Artists usually are not practical or business-minded. They don’t invest their money—most of the time they don’t have much money anyway—or have health or any kind of insurance,” says actor Fernando “Nanding” Josef, artistic director of Tanghalang Pilipino.
Josef is referring not just to theater artists, but also painters, sculptors, television and film actors, voice talents, production and backstage staff, dancers, composers, playwrights, choreographers, costume and fashion designers, photographers. Basically, people working in creative fields who are “self-employed” or “freelancers.”
Fortunately, there are now growing options for them on availing certain government-issued benefits and other safeguards against emergencies. There are also groups they can join that can assist them with these kinds of needs.
Luigi Nacario, artistic director of Kids Act Philippines, had an epiphany when a fellow actor was hospitalized. His friend had no Social Security System nor Philhealth benefits and was left with a large bill to pay off.
Nacario founded Life Basics Personal Solutions Company to “assist professionals who don’t have time to personally apply for or update contributions for their income tax returns, Social Security Services, Philhealth (government health insurance), Pag-Ibig (home financing program, officially known as the Home Development Mutual Fund), and Community Tax Certificate (more commonly known as cedula).”
His company does all the tedious legwork of transacting the five basic government duties for a P300 monthly fee.
“You’d spend the same amount, maybe more, for transportation and other expenses like photocopying certain documents if you had to do it all by yourself.”
Life Basics accepts all kinds of clients including non-theater professionals. “OFWs, full-time bloggers, anyone can avail of our services.”
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Aside from being actors, Buddy Caramat, a senior member of Philippine Educational Theater Association, and Abner Delina, a freelance actor for stage and TV, have both been advocating “financial planning” to their fellow artists. Both are financial advisers of Manulife, a company that offers insurance, pre-need plans, pension plans.
Delina got into insurance when he wanted to use his free days (“While waiting for shows or tapings.”) productively. “But more than just an additional source of income for me, I realized I could now educate people on financial planning. In the arts, like in a risky theater actor’s life, our protection is limited, if not having nothing at all.
“I strongly encourage artists to get insured, from whatever insurance agency they feel most comfortable with,” adds Caramat. “One thing unique about what we do in Manulife is that we analyze first people’s priorities or needs and we come up with solutions and present them accordingly, whether they need a financial vehicle for education, health, retirement, investment and fund accumulation, estate planning, income protection, or all of the above.”
Both are not exclusive to theater clients. “But my primary goal is to help fellow actors secure a financial plan either for health, retirement or investment or even for the education of their child,” says Delina.
The Artists’ Welfare Project Inc. (AWPI) is an organization that provides financial, legal, and medical and hospitalization benefits to Filipino artists (theater or otherwise) who may be disabled or incapacitated by reason of age or physical or mental infirmity.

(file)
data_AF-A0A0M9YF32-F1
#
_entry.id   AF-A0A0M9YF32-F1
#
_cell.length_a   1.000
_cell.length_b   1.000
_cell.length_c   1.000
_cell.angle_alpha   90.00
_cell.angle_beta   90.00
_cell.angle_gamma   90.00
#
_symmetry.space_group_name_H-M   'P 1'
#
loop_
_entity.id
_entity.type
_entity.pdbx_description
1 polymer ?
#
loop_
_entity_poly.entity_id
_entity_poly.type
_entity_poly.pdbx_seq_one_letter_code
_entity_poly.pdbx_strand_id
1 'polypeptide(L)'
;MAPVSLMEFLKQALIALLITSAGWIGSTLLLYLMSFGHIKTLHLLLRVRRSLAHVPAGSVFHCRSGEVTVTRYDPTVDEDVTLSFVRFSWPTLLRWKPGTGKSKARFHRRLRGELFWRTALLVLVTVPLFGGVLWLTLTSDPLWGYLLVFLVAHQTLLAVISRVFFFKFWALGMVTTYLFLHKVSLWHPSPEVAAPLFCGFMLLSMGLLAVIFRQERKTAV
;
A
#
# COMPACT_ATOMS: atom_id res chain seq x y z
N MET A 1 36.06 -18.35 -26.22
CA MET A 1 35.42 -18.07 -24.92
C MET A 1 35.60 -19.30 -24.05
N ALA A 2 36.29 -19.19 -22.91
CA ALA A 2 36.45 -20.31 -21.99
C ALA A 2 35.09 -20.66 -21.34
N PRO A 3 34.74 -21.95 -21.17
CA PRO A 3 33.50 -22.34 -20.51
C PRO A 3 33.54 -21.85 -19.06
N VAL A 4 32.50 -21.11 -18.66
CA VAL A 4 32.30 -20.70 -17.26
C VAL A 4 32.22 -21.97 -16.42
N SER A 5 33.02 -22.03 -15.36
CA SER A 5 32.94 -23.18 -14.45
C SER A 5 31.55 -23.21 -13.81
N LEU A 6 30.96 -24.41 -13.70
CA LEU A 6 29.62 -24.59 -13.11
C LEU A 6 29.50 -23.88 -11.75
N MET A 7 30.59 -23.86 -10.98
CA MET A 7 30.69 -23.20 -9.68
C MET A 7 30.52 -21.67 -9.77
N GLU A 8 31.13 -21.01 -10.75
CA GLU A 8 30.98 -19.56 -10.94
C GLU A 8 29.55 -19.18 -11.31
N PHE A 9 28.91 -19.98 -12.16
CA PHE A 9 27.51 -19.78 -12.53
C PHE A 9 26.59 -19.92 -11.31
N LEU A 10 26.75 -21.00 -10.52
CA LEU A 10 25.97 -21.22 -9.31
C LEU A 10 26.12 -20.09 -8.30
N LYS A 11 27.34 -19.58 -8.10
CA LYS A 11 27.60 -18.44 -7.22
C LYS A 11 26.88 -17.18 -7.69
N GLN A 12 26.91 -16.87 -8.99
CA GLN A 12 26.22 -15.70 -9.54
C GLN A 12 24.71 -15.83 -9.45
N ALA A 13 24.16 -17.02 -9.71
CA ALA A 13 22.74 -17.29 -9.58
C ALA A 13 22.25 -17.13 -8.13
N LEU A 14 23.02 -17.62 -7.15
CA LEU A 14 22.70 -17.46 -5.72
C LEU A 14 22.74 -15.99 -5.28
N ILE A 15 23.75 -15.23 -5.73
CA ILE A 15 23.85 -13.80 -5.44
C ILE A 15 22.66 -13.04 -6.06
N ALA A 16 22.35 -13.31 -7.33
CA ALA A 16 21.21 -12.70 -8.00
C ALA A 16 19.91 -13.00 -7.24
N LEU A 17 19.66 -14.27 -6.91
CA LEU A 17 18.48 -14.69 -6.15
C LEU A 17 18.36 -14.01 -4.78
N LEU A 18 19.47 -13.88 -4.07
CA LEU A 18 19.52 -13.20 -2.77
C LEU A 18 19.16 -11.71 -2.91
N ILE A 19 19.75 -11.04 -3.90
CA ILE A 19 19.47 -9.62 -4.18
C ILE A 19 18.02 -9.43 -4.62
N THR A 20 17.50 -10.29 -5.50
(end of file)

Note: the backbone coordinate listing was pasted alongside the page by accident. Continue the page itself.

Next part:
“Beyond meeting emergency needs, AWPI also hopes to assist artists achieve security in terms of having a place to live, providing education for their children, and having funds for their retirement,” says Josef, AWPI founder and president.
“We must support and help our artists, especially during their times of need.” Founded in 2006, the group is working towards becoming a foundation. “We can then apply for tax-exempt status so that donors can contribute tax-free.”
The group has had fundraising activities in the past few years. It plans, in collaboration with the National Commission for Culture and the Arts, to host a national conference on artists’ welfare in summer of 2012.
The Outreach Division of the Cultural Center of the Philippines is assisting in coordinating with regional groups to put up AWPI branches nationwide.
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Newly formed Philippine Theater Actors Guild (TAG) is specifically for actors. Founder and president Kalila Aguilos, freelance theater actress and costume designer, had been developing the group for the past few months and finally convened the group’s first First General Assembly and election of officers in early October.
“TAG is an association that protects and upholds the rights of professional theater actors,” she says. “We want to work towards getting artist-protection written into law.”
“Among other goals, we aim to provide our members protection of their basic rights on artistic engagements both locally and abroad, and assisting with basic needs like legal obligations provided by the Philippine government such as health, security and taxes.”
Filipino artists have only much to gain by grouping together and helping one another. Aguilos is already in touch with Nacario on how his company can assist TAG, while Josef is in discussions with Aguilos on how AWPI and TAG can possibly work together on “the same goals and objectives for the Filipino artists.”
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